If you have not read them yet then please do - they are a great introduction to ZAP and provide what I think is a very fair and balanced comparison to Burp Suite.
The blog posts raise some very valid points but are also missing a couple of important things, but happily Secure Ideas have allowed me to write a guest blog post here to address them 😀
On Day 5 Mic mentioned that he couldn’t find a way to rename a context once created via the right click “Include in context” option.
This is of course possible - just navigate to the top node in the Session Properties dialog for that context.
On Day 7 Mic said that on importing an OpenAPI spec ZAP “didn’t present any real UI for viewing and reissuing those requests.”
All of the ZAP requests made when importing an OpenAPI spec are actually shown in both the Sites and History tab, so you can select them from either of those and then view them or open them in the Request Editor or a Requester tab.
Out of Band Testing
On Day 11 Mic said that “Burp has a few advantages here, a big one being Collaborator”.
The good news is that ZAP does have Out of Band testing support via the OAST add-on - this supports BOAST and Interactsh. Both of these services are open source, you can use the default services they have set up or host them yourself.
All of the scan rules which support Out of Band testing have the OUT_OF_BAND tag.
Also, make sure you have a look at the Out-of-band Application Security Testing with OWASP ZAP blog post.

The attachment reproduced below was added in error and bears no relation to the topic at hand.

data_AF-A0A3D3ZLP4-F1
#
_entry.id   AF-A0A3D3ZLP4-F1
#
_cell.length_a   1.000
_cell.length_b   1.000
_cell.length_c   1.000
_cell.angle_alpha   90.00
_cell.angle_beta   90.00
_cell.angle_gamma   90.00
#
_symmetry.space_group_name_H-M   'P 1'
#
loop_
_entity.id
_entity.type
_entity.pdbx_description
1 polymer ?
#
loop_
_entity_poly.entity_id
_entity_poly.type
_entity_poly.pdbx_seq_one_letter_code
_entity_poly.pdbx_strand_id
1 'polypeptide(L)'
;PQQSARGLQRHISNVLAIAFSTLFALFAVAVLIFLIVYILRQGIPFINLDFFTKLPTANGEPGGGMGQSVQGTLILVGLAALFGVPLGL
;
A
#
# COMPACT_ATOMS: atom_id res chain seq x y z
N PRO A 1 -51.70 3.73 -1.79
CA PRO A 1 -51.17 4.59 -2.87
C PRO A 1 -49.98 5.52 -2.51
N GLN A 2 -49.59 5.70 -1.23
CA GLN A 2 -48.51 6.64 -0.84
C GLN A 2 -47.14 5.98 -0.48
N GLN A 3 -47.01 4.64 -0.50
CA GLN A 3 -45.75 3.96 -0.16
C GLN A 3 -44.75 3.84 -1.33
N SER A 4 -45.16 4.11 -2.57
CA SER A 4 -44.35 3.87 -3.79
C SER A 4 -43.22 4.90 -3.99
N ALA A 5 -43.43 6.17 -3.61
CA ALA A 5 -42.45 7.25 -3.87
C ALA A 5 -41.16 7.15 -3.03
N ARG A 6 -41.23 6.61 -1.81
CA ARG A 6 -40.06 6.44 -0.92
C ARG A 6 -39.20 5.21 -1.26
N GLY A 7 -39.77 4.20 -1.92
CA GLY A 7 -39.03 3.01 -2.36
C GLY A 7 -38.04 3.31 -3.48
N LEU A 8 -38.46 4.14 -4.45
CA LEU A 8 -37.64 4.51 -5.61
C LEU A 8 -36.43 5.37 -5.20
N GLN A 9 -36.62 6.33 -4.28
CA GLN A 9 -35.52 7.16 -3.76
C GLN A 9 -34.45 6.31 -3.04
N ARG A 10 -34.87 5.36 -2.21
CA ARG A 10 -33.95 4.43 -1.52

Mic was very complimentary about ZAP scripting support but did say that it was not well enough documented.
That is a very fair criticism.
However, we do have limited code completion support:
This only works on parameters, but it will let you keep drilling down until you type something other than the list of options presented to you.
It is also worth noting we have loads of examples in the community-scripts repo.
The README files in that repo also link to the JavaDocs for the parameters: eg https://github.com/zaproxy/community-scripts/tree/main/active#parameters
Remote API Access
On Day 11 Mic also mentioned that ZAP was not practical for testing mobile apps because the ZAP API is restricted to localhost.
While that is true by default it is also easy to change, as per the FAQ: How can I connect to ZAP remotely?
You can also change ZAP to listen on 0.0.0.0 in the Network / Local Servers/Proxies Options panel, which has the same effect:
It is also worth noting that the API Options screen allows you to specify which of the addresses that ZAP listens on support the API and also allows you to turn off other ZAP security features like the API key.
It should go without saying that you should only turn off security features in a safe environment, but I’ll say it anyway!
All in all, this was a great set of blog posts.
The only other thing I’d like to point out is that unlike our commercial competitors ZAP is open source, and this means anyone can get involved.
If you’d like to help us make ZAP even better then please see our Contributing Guide or just get in touch with me 😀